Fender looks forwards with a new hybrid guitar design
Justin Norvell, Executive Vice President of Fender Products, discusses the company’s latest product and what it means for the future of guitar
Innovation doesn’t come very often to the world of guitars. But the recent uptake in demand for musical instruments – spurred on by idle thumbs and fingers twiddling during lockdown – has seen record sales across the industry, with Fender reportedly having its best ever year since its inception in 1946. Before 2020, the image of the guitar was in the doldrums, considered musically passé with its unfashionable and unwelcome links to the old guard.
Fender is still an industry behemoth, selling hundreds of thousands of guitars a year, from high-end custom models to entry-level packages built by their Squier sub-division (sales of which rose by 92 per cent from mid-March to mid-October last year). There’s also Fender Play, a subscription-only educational app that is doing remarkable business. Since 2018, the company has been delving into its rich archive of designs to create the Parallel Universe Collection, quirky hybrids that mix and match signature elements from their various iconic product lines.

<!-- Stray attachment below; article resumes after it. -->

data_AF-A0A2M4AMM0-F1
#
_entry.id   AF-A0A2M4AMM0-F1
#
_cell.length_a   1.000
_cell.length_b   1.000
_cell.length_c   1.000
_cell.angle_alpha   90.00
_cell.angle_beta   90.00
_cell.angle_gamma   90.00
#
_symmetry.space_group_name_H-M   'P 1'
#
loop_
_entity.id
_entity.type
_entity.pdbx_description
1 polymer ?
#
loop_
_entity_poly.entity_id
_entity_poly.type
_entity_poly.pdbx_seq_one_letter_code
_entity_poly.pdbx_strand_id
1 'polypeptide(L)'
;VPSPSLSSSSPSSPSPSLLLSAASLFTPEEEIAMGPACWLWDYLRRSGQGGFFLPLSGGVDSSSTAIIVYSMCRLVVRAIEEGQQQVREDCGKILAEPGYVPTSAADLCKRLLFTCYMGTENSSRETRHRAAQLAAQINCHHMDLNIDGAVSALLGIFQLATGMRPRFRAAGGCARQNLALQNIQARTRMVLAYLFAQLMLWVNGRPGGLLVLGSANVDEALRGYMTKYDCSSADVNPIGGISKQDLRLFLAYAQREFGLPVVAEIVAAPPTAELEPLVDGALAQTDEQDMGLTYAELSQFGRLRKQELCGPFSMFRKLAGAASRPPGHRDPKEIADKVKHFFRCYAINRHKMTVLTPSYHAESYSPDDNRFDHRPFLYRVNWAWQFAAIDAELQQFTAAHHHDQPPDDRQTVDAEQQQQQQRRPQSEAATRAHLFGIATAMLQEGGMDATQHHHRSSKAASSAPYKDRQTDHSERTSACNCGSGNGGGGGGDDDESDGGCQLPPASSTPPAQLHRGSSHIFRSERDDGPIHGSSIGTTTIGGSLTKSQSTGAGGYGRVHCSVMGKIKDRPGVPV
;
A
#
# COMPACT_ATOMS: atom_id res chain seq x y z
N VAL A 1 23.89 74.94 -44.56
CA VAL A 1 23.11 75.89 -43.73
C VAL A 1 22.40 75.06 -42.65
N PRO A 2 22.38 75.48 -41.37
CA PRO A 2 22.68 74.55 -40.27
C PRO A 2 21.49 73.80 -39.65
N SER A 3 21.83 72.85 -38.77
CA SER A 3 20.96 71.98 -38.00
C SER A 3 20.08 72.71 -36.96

2019 saw another tech and design debut, the first American Acoustasonic models. Starting with the shape of the Telecaster (1950), followed by the Stratocaster (which debuted in 1954), the Acoustasonic guitars splice a beautifully crafted hollow wooden body with clever electronics, developed by the American music tech specialists Fishman. Although each guitar is perfectly warm and playable on its own, when you plug the guitar in you activate the ‘Acoustic Engine,’ a processor that transforms the guitar’s clear but neutral tones into a variety of different types of guitars. These range from overdriven electric through to Jumbo scale acoustics with five positions in total, each with the ability to blend two types of sound together.
Now there’s a new Acoustasonic, based on the more leftfield Jazzmaster bodyshape. When it was launched in 1959, Fender’s Jazzmaster was originally pitched at, unsurprisingly, Jazz musicians. It soon found more favour as a twangy surf rock instrument before undergoing a cult revival in the 80s and 90s. In Acoustasonic form, it remains one of Fender’s most elegant shapes, with a thin, fast neck that suits any number of playing styles. Pair this instrument with a modern effects processor, and you have a beautifully crafted all-rounder that flatters the everyday player but sounds good enough to use professionally. Available in five off-beat colours - a throwback to its 60s heyday – this new Jazzmaster’s contours are accentuated by the mix of mahogany and coloured finishes.
Authenticity is still a potent currency amongst musicians and music fans alike. Although an Acoustasonic guitar is a genuinely compelling piece of kit that beautifully bridges two worlds, it won’t be for everyone. Die-hards will inevitably heresy, just as petrolheads bewail the end of the internal combustion engine. Nevertheless, Fender’s decision to try something new is hugely creditable, combining craft and technology in a satisfyingly contemporary way.